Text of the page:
November 8th, 2015

News from Northside

I like my neighborhood. Northside is a little smaller than I envisioned, not quite as self-contained as I'd hoped, but I'm enjoying it.

I haven't decided if I'm more of a Sidewinder Coffee or a Collective Espresso fan, so for now I split my visits between them both. Collective Espresso is the sleek & modern hipster coffee bar. Sidewinder matches better my 90s Gen-X cafe ideal, a third space, a neighborhood gathering place. OK, that makes it sound like I prefer Sidewinder, but I really enjoy them both!

Arcade Legacy: Bar Edition is the bar I've been to the most. They opened right after we moved here. Arcade games might not be the most social activity, but sometimes you're just looking for some light entertainment. Northside Tavern is a great neighborhood spot too, just don't be fooled by the locals ordering Hudepohl: it may be cheap, but it's among the worst beers I've ever swilled. Pay a couple dollars more for something decent. The Listing Loon I've been to only once, but the DJ was spinning a great set of punk and post-punk women for Ladyfest Cincinnati.

Tickle Pickle is a great place for a $10 hamburger. The Rob Zomwich is my favorite, although the rockstar-themed sandwich puns both entertain and pain me.

Today was my first visit to the army surplus store around the corner. The guy working there recognized my old $15 jacket, originally purchased from Harry's Army Surplus in Ann Arbor, as a Swedish military jacket. The pockets are distinctive, he said. That explains the 3 crowns on the buttons too!

With Shake It Records and Black Plastic just a couple blocks from each other, my eclectic vinyl collection is sure to grow, although I have a bad habit of passing up albums I know I like for intriguing dodgy selections that turn out to be duds. Why did I pass up Bruce Springsteen's "Born in the USA," which I have heard hundreds of times, for Consolidated's "Business of Punishment"?!

I've been to Ruth's and Django and The Littlefield and Melt, but have yet to visit the Comet, Bistro Grace, the Kitchen Factory, the Golden Tajine, or Barrio. I still haven't hit up the N/S Yacht Club (no boating here, but built in a flood plain!), Urban Artifact (although I'm not a fan of Belgian-style sour ales), or C & D's Cafe (which from the description is Northside's version of Bob and Barbara's). When we were looking at a house on Barvac, I thought for certain we'd be regulars at the Comet.

There's plenty of retail space available, as well as light industrial/warehouse type spaces. It makes me wish I was more entrepreneurial--or maybe just loaded with spare cash--because this seems like a perfect place to try something a little outrageous. I'm still entertaining a few ideas.

There's a free monthly paper that covers just the neighborhood. It usually features at least one or two local businesses. I read a write-up of Spun Bicycles a day after I visited the shop and Dominic, the co-owner, introduced himself to me. On Monday nights a screen printing shop hosts live music. There's a bicycle co-op (I haven't visited yet) down the street from me. The neighborhood reminds me a little of West Philly (in a good way!).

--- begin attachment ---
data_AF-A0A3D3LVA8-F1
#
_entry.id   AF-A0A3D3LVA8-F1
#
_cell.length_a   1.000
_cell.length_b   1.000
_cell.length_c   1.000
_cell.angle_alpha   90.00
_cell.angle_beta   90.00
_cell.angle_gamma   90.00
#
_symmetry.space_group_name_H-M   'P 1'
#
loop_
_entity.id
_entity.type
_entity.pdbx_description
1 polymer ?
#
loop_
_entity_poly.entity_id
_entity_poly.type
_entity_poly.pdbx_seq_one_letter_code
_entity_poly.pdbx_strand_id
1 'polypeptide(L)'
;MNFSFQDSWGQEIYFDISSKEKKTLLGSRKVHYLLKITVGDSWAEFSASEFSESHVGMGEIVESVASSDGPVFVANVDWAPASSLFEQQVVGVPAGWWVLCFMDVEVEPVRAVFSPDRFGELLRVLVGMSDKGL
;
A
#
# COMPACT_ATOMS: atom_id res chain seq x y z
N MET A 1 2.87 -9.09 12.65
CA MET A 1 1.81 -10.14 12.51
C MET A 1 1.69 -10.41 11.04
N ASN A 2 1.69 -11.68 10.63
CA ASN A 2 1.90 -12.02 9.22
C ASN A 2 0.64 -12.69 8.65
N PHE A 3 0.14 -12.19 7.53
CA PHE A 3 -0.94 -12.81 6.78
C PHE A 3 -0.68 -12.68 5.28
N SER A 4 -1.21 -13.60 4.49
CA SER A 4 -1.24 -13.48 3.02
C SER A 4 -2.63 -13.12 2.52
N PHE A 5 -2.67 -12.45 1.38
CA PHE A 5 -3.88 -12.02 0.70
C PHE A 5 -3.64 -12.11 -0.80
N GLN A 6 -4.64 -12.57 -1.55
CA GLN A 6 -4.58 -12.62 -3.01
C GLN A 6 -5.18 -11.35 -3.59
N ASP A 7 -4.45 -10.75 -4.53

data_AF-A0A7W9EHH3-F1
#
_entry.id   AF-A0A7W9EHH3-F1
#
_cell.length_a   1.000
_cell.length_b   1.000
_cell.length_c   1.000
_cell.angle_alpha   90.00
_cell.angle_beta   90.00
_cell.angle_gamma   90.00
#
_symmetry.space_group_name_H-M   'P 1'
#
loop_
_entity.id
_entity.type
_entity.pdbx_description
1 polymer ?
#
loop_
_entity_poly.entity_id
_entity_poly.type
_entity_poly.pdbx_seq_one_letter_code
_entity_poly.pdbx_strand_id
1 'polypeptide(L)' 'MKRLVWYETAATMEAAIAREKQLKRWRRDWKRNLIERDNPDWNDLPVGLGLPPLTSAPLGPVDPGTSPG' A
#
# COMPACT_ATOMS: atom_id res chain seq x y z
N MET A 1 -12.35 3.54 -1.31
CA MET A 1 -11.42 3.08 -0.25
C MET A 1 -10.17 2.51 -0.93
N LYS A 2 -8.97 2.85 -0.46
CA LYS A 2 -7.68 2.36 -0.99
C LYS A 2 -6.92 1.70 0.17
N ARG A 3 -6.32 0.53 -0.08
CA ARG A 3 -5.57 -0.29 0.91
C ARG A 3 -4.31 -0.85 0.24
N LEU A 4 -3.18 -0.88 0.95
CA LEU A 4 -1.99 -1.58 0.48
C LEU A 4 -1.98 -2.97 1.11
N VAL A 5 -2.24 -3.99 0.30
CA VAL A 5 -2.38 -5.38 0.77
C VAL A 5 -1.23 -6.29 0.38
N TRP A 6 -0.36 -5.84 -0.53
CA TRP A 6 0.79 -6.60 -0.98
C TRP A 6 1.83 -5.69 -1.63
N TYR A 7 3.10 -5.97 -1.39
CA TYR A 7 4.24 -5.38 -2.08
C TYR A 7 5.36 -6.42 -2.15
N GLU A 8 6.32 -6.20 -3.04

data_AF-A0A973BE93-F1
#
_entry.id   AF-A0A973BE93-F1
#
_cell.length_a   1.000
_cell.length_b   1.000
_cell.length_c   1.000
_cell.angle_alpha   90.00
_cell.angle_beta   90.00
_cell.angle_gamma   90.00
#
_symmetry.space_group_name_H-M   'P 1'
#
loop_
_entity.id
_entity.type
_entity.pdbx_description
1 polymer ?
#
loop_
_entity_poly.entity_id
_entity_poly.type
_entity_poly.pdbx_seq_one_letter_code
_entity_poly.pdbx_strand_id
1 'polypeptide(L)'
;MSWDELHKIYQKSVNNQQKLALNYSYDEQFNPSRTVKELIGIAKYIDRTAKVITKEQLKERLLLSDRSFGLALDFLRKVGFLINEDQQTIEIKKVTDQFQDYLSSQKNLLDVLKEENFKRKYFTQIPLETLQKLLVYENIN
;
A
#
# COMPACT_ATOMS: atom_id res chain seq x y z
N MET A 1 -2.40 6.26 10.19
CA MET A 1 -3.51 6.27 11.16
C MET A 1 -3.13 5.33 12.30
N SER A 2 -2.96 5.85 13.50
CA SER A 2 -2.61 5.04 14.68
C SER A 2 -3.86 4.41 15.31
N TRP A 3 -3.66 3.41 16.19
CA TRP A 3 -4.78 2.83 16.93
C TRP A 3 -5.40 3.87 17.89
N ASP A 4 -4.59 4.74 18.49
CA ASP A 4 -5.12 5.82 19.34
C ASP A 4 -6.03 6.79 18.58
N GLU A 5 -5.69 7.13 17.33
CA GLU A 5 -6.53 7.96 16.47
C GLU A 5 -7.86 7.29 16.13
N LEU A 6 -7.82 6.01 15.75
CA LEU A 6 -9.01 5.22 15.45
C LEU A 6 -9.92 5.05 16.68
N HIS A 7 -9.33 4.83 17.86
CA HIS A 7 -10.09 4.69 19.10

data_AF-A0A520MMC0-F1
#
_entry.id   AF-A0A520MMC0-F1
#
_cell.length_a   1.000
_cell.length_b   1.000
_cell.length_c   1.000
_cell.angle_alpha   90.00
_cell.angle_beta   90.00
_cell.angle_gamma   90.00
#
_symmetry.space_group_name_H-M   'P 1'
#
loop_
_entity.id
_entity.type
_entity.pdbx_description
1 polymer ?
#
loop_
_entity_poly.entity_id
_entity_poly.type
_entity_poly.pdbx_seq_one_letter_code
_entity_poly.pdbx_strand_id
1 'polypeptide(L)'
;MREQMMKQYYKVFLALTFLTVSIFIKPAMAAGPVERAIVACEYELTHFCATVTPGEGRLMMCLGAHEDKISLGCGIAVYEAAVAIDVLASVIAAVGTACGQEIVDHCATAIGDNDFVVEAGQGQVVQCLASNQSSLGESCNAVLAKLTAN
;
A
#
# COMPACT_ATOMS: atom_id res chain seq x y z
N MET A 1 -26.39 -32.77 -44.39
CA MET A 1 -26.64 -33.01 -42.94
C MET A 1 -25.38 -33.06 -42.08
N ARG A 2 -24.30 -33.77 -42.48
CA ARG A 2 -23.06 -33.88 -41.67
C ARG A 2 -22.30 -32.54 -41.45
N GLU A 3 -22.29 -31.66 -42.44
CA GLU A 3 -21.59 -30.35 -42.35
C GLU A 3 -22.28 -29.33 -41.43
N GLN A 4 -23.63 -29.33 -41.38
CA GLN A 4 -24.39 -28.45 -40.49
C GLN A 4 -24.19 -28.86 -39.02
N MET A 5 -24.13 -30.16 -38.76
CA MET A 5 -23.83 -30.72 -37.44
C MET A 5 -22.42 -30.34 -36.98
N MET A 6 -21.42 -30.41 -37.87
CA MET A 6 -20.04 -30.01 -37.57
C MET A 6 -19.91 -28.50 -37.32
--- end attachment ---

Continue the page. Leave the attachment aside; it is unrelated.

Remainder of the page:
My favorite place though, is Parker Woods and the Buttercup Valley Reserve. I'm an addict. Hilly serpentine trails through the forest. A short walk and you'd hardly know you're in the city, although you can still hear traffic. I've seen deer more visits than I haven't, as well as snakes, a multitude of squirrels, and birds of many varieties. It's been a great place to explore as the seasons change. You occasionally run into someone else out for a walk, maybe walking a dog, and you say a friendly, but quick, hello before moving on--you're both there for the solitude, not the company.

Next door to the woods is the Spring Grove Cemetery and Arboretum, a magnificent place that is great for walks, jogs, or cycling. Back in the day, obelisks were very popular memorials! I sometimes wish it had a little of the flashiness of Milan's Cimitero Monumentale, but German Catholics are somewhat less ostentatious than Italian Catholics, apparently. Perhaps due to the proximity of the cemetery, one of our neighbors is Schott Memorials, which has a display of unused memorials in disarray in their back lot. Perhaps they are from customers who couldn't or have not yet payed. Eternal rest, on layaway.

There's no real grocer in the neighborhood, yet. There's an African specialty market close by that sells a few dry goods staples and spices, but really lacks the variety of even a corner grocer. There's a weekly farmer's market that is convenient, but for every other day of the week there's a Kroger in the next neighborhood over. I've biked there several times, but cycling here is for the bold. There's talk of a food co-op--the Apple Street Co-op--which would be fantastic, but I have no idea at this point if it is a going concern or a pipe dream.

I'll admit that for dining and entertainment we frequently head to Over the Rhine, a downtown-adjacent neighborhood that features charming urban architecture and, at least at some times of day, on certain days, a bustling street scene. I do miss our little section of Philadelphia's Gayborhood, Midtown Village--I've come to realize that people-watching was one of my main entertainments. But even though it is quieter, Northside, Cincinnati, has many charms.